Bacteria are harvested by centrifugation at 3000 rpm for 20 mins. The bacterial pellet is resuspended in 25 ml lysis buffer (50 mM phosphate pH 7.0, 300 mM NaCl, 2% Proteinase inhibitor cocktail (Sigma), 0.75 mg/ml Lysozyme). Lysis of the resuspended cells is initiated by gentle stirring for 1 hr at room temperature. The partially lysed mixture is subjected to 2 cycles of freeze thawing in liquid nitrogen. Finally the cells are sonicated on ice using a 10 mm probe at high power. Sonication is performed on a pulse setting for a period of 3 min. The crude lysate is then centrifuged at 15000 rpm for 30 mins to remove cell debris.
Recombinant proteins can then be purified as follows:
His-tagged proteins, for example the His6-p47phox, His6-p47phox-coiled coil and His6-p47phox-GFP constructs, are typically purified on metal affinity resins such as TALON (CLONTECH Laboratories, Inc.). Proteins are bound to the resin in a batchwise manner by gentle shaking at room temperature for 30 min. Non-His tagged proteins are removed by washing the resin at least twice with 10× bed volume of wash buffer (50 mM sodium phosphate pH 7.0, 300 mM NaCl, 5 mM fluorescence-blank imidazole). The washed resin is loaded into a 2 ml column and the bound proteins released with elution buffer (50 mM sodium phosphate pH 7.0, 300 mM NaCl, 150 mM florescence-blank imidazole. Protein containing samples are then snap frozen in liquid nitrogen and stored at −80° C. in the presence of 10% glycerol.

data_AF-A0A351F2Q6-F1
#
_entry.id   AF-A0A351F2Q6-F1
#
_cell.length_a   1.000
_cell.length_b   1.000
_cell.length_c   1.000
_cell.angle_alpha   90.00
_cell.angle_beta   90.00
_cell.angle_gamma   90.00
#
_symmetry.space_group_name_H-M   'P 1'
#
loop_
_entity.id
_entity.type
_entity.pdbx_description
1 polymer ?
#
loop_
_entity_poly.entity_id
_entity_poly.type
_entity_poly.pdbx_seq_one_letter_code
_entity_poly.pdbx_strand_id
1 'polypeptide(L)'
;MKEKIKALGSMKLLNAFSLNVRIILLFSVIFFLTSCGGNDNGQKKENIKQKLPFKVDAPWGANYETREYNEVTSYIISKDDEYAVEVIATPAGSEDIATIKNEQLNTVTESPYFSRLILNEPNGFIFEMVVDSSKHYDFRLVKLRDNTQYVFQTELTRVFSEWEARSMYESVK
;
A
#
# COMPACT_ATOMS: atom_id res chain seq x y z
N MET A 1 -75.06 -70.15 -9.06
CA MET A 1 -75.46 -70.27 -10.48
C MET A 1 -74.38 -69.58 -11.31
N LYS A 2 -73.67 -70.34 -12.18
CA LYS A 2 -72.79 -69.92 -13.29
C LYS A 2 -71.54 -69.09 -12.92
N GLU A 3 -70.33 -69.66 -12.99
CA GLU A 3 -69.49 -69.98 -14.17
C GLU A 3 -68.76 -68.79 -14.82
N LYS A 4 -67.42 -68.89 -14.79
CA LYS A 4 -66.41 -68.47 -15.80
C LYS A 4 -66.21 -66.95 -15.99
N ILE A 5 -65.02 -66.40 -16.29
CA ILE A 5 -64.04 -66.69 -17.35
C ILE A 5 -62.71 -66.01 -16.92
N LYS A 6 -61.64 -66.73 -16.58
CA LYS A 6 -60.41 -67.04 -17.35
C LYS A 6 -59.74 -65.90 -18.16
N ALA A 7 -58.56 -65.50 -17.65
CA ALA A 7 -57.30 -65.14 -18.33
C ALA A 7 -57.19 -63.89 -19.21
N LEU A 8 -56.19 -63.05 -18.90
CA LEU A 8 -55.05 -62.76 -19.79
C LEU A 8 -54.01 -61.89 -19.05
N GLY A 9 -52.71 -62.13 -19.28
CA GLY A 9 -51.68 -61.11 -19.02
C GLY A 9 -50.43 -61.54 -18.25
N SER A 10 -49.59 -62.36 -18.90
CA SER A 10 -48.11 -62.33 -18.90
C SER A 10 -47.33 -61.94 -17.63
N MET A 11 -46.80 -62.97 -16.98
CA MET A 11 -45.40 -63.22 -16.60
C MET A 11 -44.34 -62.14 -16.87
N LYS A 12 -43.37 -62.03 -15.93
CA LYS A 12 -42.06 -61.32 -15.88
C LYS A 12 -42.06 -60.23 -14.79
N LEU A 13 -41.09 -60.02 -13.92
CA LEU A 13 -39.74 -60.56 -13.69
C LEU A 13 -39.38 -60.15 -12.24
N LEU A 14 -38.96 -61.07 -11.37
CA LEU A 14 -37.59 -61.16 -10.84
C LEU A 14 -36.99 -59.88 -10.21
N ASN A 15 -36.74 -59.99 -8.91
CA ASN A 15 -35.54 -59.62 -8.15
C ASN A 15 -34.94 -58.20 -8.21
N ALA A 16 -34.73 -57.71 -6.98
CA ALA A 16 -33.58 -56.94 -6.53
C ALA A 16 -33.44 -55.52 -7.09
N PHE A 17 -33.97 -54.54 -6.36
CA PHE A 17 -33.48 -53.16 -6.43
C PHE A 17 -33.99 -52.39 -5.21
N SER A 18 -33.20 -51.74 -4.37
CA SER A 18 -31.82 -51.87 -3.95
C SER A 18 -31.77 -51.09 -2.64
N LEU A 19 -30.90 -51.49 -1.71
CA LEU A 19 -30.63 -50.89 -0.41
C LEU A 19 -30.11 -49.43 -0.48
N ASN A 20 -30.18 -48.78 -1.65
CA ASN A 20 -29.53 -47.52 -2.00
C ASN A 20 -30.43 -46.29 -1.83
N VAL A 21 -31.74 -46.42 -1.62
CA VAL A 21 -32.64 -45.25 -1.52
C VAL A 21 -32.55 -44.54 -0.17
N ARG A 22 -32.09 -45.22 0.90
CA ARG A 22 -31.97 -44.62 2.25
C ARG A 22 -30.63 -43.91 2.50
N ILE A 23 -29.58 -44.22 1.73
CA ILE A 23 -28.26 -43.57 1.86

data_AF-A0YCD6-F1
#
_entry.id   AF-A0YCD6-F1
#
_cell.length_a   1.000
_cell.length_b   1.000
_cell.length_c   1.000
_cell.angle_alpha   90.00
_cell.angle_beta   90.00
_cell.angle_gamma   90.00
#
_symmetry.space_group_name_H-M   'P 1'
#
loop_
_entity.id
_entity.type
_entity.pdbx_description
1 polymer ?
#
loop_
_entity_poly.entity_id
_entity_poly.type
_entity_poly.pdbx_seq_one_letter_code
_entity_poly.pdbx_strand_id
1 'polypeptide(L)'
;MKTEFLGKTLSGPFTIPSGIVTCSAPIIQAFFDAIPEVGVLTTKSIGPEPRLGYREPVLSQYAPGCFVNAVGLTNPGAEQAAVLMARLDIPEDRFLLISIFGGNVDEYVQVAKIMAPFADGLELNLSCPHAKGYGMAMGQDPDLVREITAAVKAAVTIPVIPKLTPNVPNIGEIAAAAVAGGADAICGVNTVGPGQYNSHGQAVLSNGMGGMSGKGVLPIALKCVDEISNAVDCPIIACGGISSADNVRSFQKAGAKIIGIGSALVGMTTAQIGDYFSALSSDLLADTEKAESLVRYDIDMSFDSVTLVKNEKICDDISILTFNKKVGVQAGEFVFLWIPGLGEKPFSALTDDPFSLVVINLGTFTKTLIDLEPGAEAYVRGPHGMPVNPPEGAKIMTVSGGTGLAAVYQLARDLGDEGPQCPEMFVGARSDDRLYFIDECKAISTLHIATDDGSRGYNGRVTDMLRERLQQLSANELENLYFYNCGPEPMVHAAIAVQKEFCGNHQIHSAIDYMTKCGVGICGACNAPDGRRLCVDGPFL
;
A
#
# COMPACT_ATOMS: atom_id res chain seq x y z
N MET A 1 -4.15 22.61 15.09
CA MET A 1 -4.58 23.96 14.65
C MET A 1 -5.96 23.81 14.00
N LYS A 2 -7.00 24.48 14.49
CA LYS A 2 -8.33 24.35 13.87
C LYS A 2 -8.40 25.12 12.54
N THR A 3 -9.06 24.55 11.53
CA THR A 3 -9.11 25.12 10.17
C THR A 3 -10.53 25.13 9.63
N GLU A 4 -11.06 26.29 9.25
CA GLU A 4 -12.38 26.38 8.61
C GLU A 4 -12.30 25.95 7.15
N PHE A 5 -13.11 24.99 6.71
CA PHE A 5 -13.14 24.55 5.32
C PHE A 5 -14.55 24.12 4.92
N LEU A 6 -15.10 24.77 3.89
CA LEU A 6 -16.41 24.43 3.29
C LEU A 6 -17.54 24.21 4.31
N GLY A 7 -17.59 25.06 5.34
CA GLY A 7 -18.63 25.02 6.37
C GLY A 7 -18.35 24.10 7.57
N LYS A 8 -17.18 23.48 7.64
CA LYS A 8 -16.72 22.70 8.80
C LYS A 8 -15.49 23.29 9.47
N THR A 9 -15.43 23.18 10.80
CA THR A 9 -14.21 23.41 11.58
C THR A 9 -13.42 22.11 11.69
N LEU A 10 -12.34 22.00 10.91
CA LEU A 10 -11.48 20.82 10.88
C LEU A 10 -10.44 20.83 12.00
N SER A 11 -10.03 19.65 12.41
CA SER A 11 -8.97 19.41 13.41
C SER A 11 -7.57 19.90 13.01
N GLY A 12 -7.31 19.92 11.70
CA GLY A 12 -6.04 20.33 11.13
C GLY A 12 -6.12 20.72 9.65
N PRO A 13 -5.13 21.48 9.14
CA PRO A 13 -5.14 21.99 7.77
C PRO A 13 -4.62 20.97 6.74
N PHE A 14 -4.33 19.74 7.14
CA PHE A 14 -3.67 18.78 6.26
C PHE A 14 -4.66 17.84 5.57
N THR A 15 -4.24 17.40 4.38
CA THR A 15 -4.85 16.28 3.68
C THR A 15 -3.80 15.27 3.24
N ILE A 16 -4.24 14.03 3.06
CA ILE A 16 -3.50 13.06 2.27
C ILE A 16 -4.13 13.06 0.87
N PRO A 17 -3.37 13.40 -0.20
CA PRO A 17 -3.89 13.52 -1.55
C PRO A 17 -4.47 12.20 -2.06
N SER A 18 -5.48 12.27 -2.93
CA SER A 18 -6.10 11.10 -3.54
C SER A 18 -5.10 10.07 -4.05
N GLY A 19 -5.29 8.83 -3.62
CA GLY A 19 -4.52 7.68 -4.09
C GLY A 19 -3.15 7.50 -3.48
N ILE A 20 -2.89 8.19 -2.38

GST-tagged constructs can be purified on glutathione sepharose 4 fast flow pre-packed columns (Amersham pharmacia biotech). The sonicate of cells expressing the target protein is bound to the matrix in 20 mM phosphate buffer pH 7.3 containing 150 mM NaCl. The protein can then be eluted with 10 mM reduced glutathione in 50 mM Tris-HCl pH 8.0.
Fluorescent Labelling of p47phox.
The purified protein constructs are labelled with a fluorescent tag as follows:
Coiled Coil Labelling:
In the case where the p47phox protein is fused to a coiled coil (peptide sequence 1), labelling is achieved by the attachment of a pre-labelled heterodimer coiled coil partner (peptide 2, RMRQLEDRVEELREQNWHLANQVARLRQRVCELKARV) as shown in FIG. 3.
Initially peptides are labelled with fluorescein in 100 μl of 10 mM TES buffer pH 7.0 for thiol directed or in 200 mM Bicarbonate buffer pH 8.5 for amine directed chemistries. Excess label will be removed by dialysis.
Labelling of the substrate (p47phox) is then achieved by mixing with equimolar concentrations of a labelled coiled coil partner (peptide 2).